1 God Lists from Cuneiform and Greco-Roman literature
God lists were a common feature of basic education in the polytheistic cultures of the Ancient Mediterranean and Southwest Asia. However, this was not religious education per se, since they were not meant to dogmatically set down a “pantheon” (a concept coined in modern times) that one must accept without additions or subtractions, in the manner of religious creeds or catechisms. Rather, since gods’ names formed an important subset of vocabulary, ancient scholars compiled them for use in teaching literacy and secondary languages.
One tradition of god lists is connected to cuneiform literacy, although it extends into some other scripts as well. These are self-contained texts, a sub-genre of so-called lexical lists, stemming from the mid-3rd – 1st millennium BCE.
- AN : Anum
- AN : Anu sha ameli
[revise; link to Cuneiform God Lists]
Another tradition, probably independent of the first, is Greek or Greco-Latin. These god lists are usually part of larger glossaries or Hermeneumata, composed or compiled in the Roman imperial period (1st–6th cents. CE) and transmitted through the Latin Middle Ages.
- The Leiden God List
- The Montepllier God List
2 The structure of the Greco-Roman Hermeneumata
3 The Egyptian Onomasticon of Amenope
As far as I can tell, nothing in the same vein as the cuneiform and Greco-Latin god lists survives in Ancient Egyptian, but the so-called Onomasticon of Amenope (used in the 1st millennium BCE), a list of all the (kinds of) things in the world, shows significant parallels to the larger structure of the Greco-Roman Hermeneumata. This text begins, in Gardiner’s translation, as follows:
“Beginning of the teaching for the clearing of the mind, for instruction of the ignorant and for learning all things that exist: what Ptaḥ created, what Thoth copied down, heaven with its affairs, earth and what is in it, what the mountains belch forth, what is watered by the flood, all things upon which Rēꜥ has shone, all that is grown on the back of earth, excogitated by the scribe of the sacred books in the House of Life, Amenopĕ, son of Amenopĕ. He said:
“Sky, sun, moon, star, [several constellations,] storm, tempest, dawn, darkness, shade, sunlight, storm-cloud, dew”. This corresponds more or less to the chapters De caelo in the Hermeneumata; it is followed by “Nile” and various words for bodies of water, then various words for kinds of land, neither having real parallels in the Hermeneumata.
The text continues: “male god (nṯr), goddess (nṯrt), male blessed dead (ꜣḫ), female blessed dead (ꜣḫt), king (nsw), queen (nsyt)” – the last term being otherwise used only of goddesses, but here included by analogy. After this, Amenope moves from the family of the king through some hierarchical steps down to ordinary people, and distinctions of age and gender. So, while no individual gods are listed, the gods as such are listed, and ahead of humans, as in the Hermeneumata.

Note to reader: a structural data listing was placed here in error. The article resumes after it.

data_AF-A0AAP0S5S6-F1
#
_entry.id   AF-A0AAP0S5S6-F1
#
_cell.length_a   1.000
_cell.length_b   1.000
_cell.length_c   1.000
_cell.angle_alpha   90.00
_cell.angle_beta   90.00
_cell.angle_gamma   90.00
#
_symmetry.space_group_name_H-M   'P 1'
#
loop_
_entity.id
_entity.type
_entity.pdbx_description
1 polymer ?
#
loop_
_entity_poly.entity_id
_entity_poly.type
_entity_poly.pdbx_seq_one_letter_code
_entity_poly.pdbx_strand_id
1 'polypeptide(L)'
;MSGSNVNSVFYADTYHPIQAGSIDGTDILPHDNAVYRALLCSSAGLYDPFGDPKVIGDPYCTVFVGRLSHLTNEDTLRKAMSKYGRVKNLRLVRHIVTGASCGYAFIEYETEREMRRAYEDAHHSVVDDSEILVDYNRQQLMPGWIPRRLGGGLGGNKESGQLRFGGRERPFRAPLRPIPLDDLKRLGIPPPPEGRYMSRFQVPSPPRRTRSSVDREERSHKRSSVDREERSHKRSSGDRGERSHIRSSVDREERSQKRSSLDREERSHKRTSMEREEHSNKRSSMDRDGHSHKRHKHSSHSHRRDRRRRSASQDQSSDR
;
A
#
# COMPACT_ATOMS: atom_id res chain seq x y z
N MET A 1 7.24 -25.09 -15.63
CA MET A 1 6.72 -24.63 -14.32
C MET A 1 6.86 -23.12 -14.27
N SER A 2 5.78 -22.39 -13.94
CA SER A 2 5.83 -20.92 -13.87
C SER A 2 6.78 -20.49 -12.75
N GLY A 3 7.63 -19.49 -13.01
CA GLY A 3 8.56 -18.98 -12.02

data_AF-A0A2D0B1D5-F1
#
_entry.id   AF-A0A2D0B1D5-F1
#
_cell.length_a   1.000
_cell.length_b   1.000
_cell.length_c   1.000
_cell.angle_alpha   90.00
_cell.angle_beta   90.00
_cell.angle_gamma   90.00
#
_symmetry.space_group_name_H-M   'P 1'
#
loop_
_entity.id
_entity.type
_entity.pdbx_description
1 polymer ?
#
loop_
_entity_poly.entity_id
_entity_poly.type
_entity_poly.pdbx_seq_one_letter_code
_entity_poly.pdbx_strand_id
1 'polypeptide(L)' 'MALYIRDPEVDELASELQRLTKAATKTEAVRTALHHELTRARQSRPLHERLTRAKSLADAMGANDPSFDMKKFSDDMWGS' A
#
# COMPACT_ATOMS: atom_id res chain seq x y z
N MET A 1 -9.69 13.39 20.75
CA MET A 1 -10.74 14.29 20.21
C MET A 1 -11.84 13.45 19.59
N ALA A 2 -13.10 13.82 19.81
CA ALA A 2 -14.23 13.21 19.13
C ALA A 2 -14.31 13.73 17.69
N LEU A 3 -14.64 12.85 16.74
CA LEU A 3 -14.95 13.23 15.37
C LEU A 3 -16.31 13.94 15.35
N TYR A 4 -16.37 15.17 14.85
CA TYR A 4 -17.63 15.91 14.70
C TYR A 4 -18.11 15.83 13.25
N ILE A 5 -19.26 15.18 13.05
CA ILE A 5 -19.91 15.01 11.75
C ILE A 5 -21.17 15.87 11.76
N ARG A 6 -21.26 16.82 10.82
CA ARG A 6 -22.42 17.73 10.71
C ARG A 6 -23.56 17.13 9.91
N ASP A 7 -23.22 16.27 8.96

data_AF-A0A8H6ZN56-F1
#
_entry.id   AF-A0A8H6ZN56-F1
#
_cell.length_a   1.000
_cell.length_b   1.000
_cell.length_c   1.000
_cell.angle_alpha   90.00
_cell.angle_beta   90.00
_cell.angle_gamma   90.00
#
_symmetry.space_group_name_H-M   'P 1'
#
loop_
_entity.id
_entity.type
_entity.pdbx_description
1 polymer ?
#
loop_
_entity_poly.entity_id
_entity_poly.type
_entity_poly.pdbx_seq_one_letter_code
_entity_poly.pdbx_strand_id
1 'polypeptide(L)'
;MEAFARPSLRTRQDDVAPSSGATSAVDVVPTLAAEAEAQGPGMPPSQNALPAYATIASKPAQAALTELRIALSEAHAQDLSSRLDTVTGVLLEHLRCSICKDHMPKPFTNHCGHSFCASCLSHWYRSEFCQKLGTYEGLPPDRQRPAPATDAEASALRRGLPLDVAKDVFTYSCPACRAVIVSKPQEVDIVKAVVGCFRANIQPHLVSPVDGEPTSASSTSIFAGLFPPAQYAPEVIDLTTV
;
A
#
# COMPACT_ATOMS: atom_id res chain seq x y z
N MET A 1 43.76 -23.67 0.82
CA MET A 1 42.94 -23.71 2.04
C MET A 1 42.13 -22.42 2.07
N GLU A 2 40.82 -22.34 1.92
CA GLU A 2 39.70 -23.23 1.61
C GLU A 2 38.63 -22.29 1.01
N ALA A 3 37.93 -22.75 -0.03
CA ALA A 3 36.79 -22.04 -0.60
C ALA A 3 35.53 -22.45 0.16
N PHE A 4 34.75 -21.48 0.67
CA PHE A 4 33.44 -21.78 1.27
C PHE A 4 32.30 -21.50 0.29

For the rest of the text, in hieroglyphs, transliteration and translation and with abundant commentary, see Alan H. Gardiner’s Ancient Egyptian Onomastica, vol. 1 (1947). Also see the partial translation, with minimal commentary, on Digital Egypt for Universities (off-site link).
The Leiden God List
2. Hermeneumata Leidensia II p.8,12–27 Goetz
On the Gods1
The names of the gods:
Celestial, terrestrial, marine, subterrestrial/infernal gods.3
1. This and the following text are bilingual, from a sort of glossary. After the group names, the proper names of gods and goddesses are listed.
2. Greek theoi hileoi : Latin dii propitii.
3. ‘Celestial’: ouranioi : caelestes. ‘Terrestrial’: epigeioi : terrestres. ‘Marine’: thalassioi : marini. ‘Subterrestrial/infernal’: katakhthonioi : dei inferni.
4. ‘Daemones’: daimones : daemones. ‘Shade’: skia : umbra. Both words here refer to the dead.
The Montpellier God List
3. Hermeneumata Montepessulana II p.290,33–44 Goetz
Marine gods; ancestral gods, parental gods;1 celestial gods; immortal gods; subterrestrial/infernal gods,2 terrestrial gods, supernal gods, highest gods.3
1. ‘Ancestral gods’: Greek theoi patrōoi : Latin dii patrii, theoi patrioi : dii parentes. The latter Latin phrase could mean ‘parents (who have died and become) gods’, while the other three mean ‘gods whose worshipped has been inherited from one’s ancestors’.
2. ‘Subterrestrial/infernal’: theoi hypokhthonioi : dii inferi, theoi katakhthonioi : dii inferi. In Latin, the gods are often divided into the supernals or ‘gods above’ and infernal or ‘gods below’, a division that does not entirely line up with the Greek terminology.
3. ‘Supernal gods, highest gods’: theoi hypsistoi dii superi, theoi hypsistoi dii summi.